This week’s episode was called “Some Guy”, and was essentially a chronicle of the deconstruction of King Ezekiel. We jumped back and forth between the eve of battle, when Ezekiel was a confident leader, assuring his troops that glory would be theirs, and the aftermath of the Savior ambush, where Ezekiel was left buried under a pile of his loyal subjects’ bodies. Bodies which would soon be reanimated.
Wounded and with only his sword cane for protection, Ezekiel had real issues defending himself, and throughout the course of the episode his bravado was stripped away, even his affected accent slipping as he pleaded with Jerry and Carol to leave him behind, and not to refer to him as ‘your majesty’. Ezekiel, when faced with the reality of battle, realised what we’ve all been thinking – his charade was ridiculous. In a post-apocalyptic world where the dead vastly outnumber the living, what’s the point of pomp and ceremony?
At one point, captured by a Savior who had a distinctly ‘Jeffrey Dahmer played by Jim Carrey’ vibe about him, Ezekiel was faced with the prospect of becoming one of The Sanctuary’s trophy exhibits, slowly rotting on a pike at the gates. It was Jerry (ah, Jerry. If anything happens to him, I’m throwing my TV out of a window) who came to the rescue, and Jerry who reiterated the importance of having something or someone to nail your colours to, and made it clear that the people of The Kingdom follow Ezekiel because he’s a ‘cool dude’.
But after Jerry and Ezekiel were confronted with a seemingly unbeatable mob of walkers, it was Carol who came to their aid. Carol was unabashedly badass in this episode, not only outwitting and out-surviving a group of Saviors single handedly, but managing to get her hands on some of the machine guns which Team Rick is so obsessed with. Of course, saving Ezekiel and Jerry meant letting the remaining Saviors get away with the weapons, but luckily Rick and Daryl were close behind to give chase. It could have gone either way with Carol. Pragmatic to the point of callousness, it would have been just as believable had Carol gone after the guns for the greater cause. But the show has made Ezekiel’s fondness for Carol pretty obvious from day one, and now it seems Carol maybe returns his affections. The scene in which Ezekiel confessed to having made the choice to become this persona and Carol admitted the same, illustrated their growing commonality and trust.
There was a lot of mention about how instrumental Shiva was in enabling Ezekiel to ‘step up’, and a good deal of foreshadowing of the tiger’s sad demise. She died heroically, saving her master from a horde of swamp-bloated zombies, and symbolically the creature’s death was the icing on the cake for Ezekiel, who lived to watch almost every living thing loyal to him destroyed. While Ezekiel may have been able to get over the loss of his army in battle, it’s unlikely his regal alter ego will survive the loss of his beloved Queen.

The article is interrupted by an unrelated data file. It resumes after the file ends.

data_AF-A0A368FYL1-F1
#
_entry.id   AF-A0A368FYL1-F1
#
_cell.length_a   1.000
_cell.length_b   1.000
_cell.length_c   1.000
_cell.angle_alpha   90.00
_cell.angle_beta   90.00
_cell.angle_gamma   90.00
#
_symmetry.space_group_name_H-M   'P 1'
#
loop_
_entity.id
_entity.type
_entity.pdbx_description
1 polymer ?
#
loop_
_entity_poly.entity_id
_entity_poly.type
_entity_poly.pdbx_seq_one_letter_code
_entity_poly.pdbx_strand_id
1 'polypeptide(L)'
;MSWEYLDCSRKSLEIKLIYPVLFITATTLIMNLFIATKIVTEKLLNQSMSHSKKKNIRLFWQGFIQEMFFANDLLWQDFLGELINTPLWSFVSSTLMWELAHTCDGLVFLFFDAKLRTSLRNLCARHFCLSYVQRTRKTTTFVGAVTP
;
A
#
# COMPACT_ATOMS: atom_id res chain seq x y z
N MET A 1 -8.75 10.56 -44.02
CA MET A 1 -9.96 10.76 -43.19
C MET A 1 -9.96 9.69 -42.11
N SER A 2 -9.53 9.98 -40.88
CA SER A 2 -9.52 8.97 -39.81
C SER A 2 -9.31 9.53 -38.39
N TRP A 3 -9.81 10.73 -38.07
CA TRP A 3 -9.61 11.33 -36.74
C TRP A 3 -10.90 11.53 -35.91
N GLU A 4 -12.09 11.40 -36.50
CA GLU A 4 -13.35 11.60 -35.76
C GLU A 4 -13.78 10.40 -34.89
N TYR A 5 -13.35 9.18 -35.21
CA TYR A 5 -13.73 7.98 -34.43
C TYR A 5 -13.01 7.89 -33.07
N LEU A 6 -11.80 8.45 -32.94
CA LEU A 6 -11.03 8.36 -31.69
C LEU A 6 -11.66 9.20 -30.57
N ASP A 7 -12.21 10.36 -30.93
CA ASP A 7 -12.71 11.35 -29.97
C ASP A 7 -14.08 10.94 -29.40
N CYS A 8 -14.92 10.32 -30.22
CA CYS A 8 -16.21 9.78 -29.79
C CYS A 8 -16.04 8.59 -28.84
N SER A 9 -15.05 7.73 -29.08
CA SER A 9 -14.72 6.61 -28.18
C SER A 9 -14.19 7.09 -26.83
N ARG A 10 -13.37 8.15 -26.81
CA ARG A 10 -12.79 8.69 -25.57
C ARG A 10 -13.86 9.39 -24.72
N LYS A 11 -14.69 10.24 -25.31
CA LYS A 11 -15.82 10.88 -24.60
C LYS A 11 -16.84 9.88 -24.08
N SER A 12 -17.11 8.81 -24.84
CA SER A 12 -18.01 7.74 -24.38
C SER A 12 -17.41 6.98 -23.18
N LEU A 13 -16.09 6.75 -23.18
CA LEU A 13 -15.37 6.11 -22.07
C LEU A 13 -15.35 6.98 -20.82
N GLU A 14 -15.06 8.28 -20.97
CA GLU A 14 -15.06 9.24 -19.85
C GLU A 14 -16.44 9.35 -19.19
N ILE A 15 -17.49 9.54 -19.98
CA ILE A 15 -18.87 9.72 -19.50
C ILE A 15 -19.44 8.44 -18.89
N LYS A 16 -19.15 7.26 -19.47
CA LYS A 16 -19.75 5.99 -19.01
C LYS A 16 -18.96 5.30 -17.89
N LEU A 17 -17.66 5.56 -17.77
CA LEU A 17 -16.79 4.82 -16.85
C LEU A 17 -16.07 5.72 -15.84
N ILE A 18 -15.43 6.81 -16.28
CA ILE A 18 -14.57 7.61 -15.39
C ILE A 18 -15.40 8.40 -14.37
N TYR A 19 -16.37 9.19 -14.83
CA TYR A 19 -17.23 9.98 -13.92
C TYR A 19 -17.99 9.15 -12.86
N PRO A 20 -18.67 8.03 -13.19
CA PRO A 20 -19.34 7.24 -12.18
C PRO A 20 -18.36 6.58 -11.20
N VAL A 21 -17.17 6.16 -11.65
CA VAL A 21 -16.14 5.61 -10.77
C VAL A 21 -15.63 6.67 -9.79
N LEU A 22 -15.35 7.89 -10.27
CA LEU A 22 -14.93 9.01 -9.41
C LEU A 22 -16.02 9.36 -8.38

While it was interesting to see beneath the King’s veneer, this episode highlighted many of the problems I’ve been having with the series this year. Firstly, there is the amount of repetition. We have heard Ezekiel give the same rallying speech in almost every episode so far this season. This is largely a structural issue, but even the story about Shiva and his zookeeper roots has been told before.
Secondly, it’s nigh on impossible to work out who is where and what is even happening from a purely narrative perspective! Messing with the time frames, skipping backwards and forwards, leaving gaps in the various plot strands, confusing geography, and spending whole episodes focusing on just a few characters whilst leaving others out of the picture for weeks – all of these factors are making this season quite hard to follow and denying the audience the chance to really understand the stakes. Without context, it’s difficult to get a handle on what’s important and what’s throw-away in the scheme of things.
“Some Guy” took pains to explore how the world and events present people with choices to make about who they’re going to be when push comes to shove. The trouble is, we’ve heard it all before. It remains to be seen how the devastation of The Kingdom will affect the bigger picture, but The Walking Dead really needs to avoid repetition and confusing, drawn out threads if its to avoid the same pitfalls as last season.
Final Grade: D
+ Jerry and his axe were the stars of the show.
+ Carol proved herself to be the most capable person in the show yet again.
+ There were some of those well-designed walkers I was bemoaning the lack of last week!
– I get that Shiva was a totem of Ezekiel’s belief in his own leadership, but it seems a waste that the poor thing went down so easily. RIP, the prettiest and sassiest character in the show.
– There was more clunky dialogue in this episode, with a lot of rehashed speeches and platitudes.
– Much of the action seemed almost comically slow. Yes, Ezekiel was injured, but him falling over the walkers and begging Carol and Jerry to leave him when at other points he was basically running, seemed really awkward and jarring.
Extra Thought: Is Ezekiel’s fall from grace a taste of things to come for the alliance? His people out in the field seem faithful, but will those who have lost loved ones back at The Kingdom be so forgiving?
What did you think? Did this episode put a tiger in your tank? Or did it just tank? Sound off in the comments, or over on Twitter!